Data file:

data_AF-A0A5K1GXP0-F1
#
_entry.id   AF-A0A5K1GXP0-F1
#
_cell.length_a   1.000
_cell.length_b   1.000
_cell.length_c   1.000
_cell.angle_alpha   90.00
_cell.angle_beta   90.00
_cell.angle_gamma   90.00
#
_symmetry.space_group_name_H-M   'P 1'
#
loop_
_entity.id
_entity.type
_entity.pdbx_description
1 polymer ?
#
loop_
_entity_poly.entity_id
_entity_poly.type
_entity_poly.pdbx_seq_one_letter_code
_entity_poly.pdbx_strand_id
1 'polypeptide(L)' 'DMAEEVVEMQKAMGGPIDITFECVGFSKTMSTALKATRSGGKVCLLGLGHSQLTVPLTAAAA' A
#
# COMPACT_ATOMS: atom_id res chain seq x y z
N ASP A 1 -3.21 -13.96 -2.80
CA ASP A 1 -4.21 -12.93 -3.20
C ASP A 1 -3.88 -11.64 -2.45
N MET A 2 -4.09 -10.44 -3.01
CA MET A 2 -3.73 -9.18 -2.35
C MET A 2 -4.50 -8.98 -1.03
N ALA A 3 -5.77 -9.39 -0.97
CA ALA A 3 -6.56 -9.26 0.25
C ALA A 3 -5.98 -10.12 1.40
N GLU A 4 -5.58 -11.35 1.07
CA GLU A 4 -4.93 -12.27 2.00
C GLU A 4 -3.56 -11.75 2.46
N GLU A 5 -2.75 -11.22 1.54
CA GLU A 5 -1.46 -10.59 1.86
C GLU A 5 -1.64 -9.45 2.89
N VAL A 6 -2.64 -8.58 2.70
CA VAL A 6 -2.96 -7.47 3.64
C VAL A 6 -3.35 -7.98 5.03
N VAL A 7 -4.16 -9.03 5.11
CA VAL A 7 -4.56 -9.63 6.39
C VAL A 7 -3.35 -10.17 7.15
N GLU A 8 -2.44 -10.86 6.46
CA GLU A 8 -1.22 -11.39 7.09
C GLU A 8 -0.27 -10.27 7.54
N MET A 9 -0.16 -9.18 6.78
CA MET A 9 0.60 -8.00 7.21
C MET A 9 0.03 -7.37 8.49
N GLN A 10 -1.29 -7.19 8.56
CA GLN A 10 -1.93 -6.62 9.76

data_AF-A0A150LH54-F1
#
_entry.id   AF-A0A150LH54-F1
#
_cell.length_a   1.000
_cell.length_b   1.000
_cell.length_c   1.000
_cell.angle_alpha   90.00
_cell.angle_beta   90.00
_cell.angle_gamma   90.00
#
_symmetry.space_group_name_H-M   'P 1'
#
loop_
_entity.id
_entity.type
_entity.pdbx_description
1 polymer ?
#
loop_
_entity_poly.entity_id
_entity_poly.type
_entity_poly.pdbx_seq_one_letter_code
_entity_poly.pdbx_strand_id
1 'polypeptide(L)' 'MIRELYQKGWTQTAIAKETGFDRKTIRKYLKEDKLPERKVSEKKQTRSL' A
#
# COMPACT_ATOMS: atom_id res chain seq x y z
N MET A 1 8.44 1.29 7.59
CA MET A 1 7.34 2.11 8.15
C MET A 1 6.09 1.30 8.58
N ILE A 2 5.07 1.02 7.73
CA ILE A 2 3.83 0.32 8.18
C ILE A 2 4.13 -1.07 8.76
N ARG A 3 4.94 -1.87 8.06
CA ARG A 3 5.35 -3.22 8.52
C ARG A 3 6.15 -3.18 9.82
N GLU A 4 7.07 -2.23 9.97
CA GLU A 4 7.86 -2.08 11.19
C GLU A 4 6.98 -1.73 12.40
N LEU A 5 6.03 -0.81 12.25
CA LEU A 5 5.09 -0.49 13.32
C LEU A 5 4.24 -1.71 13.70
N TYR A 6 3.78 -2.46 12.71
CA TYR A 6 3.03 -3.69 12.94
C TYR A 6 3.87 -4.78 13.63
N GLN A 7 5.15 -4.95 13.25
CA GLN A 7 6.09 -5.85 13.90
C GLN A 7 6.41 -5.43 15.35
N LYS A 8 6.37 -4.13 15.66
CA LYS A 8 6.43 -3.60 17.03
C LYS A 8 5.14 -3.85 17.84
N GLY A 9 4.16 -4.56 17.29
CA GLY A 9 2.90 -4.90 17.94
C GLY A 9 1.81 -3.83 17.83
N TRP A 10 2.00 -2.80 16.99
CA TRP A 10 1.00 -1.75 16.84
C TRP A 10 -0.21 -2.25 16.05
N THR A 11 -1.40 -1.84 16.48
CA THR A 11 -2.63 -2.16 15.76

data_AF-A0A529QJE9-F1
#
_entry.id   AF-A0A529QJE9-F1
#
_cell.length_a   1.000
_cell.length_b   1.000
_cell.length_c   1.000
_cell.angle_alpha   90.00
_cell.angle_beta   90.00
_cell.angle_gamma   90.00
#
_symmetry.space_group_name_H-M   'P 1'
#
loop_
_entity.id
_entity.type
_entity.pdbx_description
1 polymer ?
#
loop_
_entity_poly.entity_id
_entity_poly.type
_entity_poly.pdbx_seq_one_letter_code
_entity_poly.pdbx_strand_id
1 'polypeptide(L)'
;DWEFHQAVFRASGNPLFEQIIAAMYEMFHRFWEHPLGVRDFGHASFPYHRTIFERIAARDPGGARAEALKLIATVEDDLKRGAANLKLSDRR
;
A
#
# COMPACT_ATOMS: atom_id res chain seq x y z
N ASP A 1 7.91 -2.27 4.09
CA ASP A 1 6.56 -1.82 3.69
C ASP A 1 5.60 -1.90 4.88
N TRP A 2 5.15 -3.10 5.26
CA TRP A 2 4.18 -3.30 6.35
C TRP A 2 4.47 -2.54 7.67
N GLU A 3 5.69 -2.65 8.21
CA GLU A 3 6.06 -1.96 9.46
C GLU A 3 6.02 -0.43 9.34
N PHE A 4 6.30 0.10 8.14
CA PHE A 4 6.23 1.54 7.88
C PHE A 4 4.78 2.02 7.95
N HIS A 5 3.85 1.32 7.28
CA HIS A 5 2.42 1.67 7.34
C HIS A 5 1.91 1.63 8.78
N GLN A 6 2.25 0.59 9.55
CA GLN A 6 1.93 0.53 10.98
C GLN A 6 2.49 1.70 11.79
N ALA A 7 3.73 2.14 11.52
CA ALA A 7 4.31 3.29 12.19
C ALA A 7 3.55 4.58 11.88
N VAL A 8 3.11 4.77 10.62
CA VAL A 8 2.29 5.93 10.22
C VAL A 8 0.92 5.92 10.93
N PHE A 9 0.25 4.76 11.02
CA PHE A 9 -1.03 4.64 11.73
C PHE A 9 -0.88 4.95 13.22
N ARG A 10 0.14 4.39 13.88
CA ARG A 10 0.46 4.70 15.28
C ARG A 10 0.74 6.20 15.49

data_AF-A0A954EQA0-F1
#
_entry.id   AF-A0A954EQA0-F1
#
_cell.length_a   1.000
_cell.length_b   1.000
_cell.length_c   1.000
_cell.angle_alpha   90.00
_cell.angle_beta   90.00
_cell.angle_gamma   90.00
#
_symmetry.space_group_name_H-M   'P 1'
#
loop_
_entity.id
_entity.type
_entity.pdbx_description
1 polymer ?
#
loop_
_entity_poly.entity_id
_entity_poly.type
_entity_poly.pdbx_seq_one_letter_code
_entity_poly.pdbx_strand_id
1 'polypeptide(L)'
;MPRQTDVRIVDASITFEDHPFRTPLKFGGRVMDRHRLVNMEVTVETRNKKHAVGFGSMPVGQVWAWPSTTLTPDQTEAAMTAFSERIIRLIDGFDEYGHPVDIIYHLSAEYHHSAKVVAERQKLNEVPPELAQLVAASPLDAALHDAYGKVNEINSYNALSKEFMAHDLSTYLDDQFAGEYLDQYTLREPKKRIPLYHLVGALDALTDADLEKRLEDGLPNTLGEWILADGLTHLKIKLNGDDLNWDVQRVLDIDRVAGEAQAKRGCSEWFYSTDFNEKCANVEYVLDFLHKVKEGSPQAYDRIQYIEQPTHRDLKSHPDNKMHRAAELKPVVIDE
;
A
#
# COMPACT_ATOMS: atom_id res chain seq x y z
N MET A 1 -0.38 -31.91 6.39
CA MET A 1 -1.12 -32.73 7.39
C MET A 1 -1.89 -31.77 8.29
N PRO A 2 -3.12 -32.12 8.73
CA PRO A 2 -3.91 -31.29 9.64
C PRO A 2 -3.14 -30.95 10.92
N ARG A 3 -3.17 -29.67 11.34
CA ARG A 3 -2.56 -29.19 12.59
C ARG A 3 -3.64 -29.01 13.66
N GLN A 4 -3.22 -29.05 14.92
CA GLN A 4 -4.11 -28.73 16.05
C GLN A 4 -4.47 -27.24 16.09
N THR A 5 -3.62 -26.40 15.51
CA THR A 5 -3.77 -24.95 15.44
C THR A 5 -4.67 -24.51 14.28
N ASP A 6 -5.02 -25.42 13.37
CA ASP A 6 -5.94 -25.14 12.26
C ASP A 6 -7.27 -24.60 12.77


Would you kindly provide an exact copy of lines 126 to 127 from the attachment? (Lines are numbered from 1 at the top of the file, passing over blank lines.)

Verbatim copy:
#
_symmetry.space_group_name_H-M   'P 1'